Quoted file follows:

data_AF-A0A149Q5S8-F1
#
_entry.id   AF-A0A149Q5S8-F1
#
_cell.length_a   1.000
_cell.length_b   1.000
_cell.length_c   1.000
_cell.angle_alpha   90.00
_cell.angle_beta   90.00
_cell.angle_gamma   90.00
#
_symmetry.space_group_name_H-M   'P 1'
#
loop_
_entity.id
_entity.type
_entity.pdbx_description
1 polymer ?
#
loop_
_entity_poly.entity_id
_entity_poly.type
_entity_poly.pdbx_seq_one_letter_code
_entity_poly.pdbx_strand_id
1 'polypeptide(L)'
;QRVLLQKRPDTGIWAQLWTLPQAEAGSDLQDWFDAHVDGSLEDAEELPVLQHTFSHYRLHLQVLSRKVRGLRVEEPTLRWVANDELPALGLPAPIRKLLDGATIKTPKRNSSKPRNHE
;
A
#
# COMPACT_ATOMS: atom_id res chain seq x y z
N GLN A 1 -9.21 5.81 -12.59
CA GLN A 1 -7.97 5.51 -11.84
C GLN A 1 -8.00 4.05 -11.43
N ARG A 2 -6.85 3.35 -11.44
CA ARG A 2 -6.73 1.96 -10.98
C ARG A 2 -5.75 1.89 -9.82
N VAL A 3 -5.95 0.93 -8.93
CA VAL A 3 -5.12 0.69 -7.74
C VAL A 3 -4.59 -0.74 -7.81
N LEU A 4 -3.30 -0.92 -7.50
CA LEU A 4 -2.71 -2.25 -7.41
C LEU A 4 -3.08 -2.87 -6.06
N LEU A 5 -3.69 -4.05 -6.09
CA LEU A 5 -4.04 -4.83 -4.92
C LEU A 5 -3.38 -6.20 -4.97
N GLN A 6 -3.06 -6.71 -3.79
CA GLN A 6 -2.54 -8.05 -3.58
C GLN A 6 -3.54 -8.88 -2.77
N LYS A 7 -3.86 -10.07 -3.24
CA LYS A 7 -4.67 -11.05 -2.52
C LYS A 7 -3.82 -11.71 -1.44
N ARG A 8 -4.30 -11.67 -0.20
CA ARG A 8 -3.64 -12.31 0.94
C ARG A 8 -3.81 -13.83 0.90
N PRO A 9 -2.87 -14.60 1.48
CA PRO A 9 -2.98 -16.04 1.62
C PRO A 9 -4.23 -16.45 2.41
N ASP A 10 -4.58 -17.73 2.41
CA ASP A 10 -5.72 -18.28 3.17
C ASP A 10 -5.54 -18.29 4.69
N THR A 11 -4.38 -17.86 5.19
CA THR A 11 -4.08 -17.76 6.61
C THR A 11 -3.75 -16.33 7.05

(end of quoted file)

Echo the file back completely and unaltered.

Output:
data_AF-A0A149Q5S8-F1
#
_entry.id   AF-A0A149Q5S8-F1
#
_cell.length_a   1.000
_cell.length_b   1.000
_cell.length_c   1.000
_cell.angle_alpha   90.00
_cell.angle_beta   90.00
_cell.angle_gamma   90.00
#
_symmetry.space_group_name_H-M   'P 1'
#
loop_
_entity.id
_entity.type
_entity.pdbx_description
1 polymer ?
#
loop_
_entity_poly.entity_id
_entity_poly.type
_entity_poly.pdbx_seq_one_letter_code
_entity_poly.pdbx_strand_id
1 'polypeptide(L)'
;QRVLLQKRPDTGIWAQLWTLPQAEAGSDLQDWFDAHVDGSLEDAEELPVLQHTFSHYRLHLQVLSRKVRGLRVEEPTLRWVANDELPALGLPAPIRKLLDGATIKTPKRNSSKPRNHE
;
A
#
# COMPACT_ATOMS: atom_id res chain seq x y z
N GLN A 1 -9.21 5.81 -12.59
CA GLN A 1 -7.97 5.51 -11.84
C GLN A 1 -8.00 4.05 -11.43
N ARG A 2 -6.85 3.35 -11.44
CA ARG A 2 -6.73 1.96 -10.98
C ARG A 2 -5.75 1.89 -9.82
N VAL A 3 -5.95 0.93 -8.93
CA VAL A 3 -5.12 0.69 -7.74
C VAL A 3 -4.59 -0.74 -7.81
N LEU A 4 -3.30 -0.92 -7.50
CA LEU A 4 -2.71 -2.25 -7.41
C LEU A 4 -3.08 -2.87 -6.06
N LEU A 5 -3.69 -4.05 -6.09
CA LEU A 5 -4.04 -4.83 -4.92
C LEU A 5 -3.38 -6.20 -4.97
N GLN A 6 -3.06 -6.71 -3.79
CA GLN A 6 -2.54 -8.05 -3.58
C GLN A 6 -3.54 -8.88 -2.77
N LYS A 7 -3.86 -10.07 -3.24
CA LYS A 7 -4.67 -11.05 -2.52
C LYS A 7 -3.82 -11.71 -1.44
N ARG A 8 -4.30 -11.67 -0.20
CA ARG A 8 -3.64 -12.31 0.94
C ARG A 8 -3.81 -13.83 0.90
N PRO A 9 -2.87 -14.60 1.48
CA PRO A 9 -2.98 -16.04 1.62
C PRO A 9 -4.23 -16.45 2.41
N ASP A 10 -4.58 -17.73 2.41
CA ASP A 10 -5.72 -18.28 3.17
C ASP A 10 -5.54 -18.29 4.69
N THR A 11 -4.38 -17.86 5.19
CA THR A 11 -4.08 -17.76 6.61
C THR A 11 -3.75 -16.33 7.05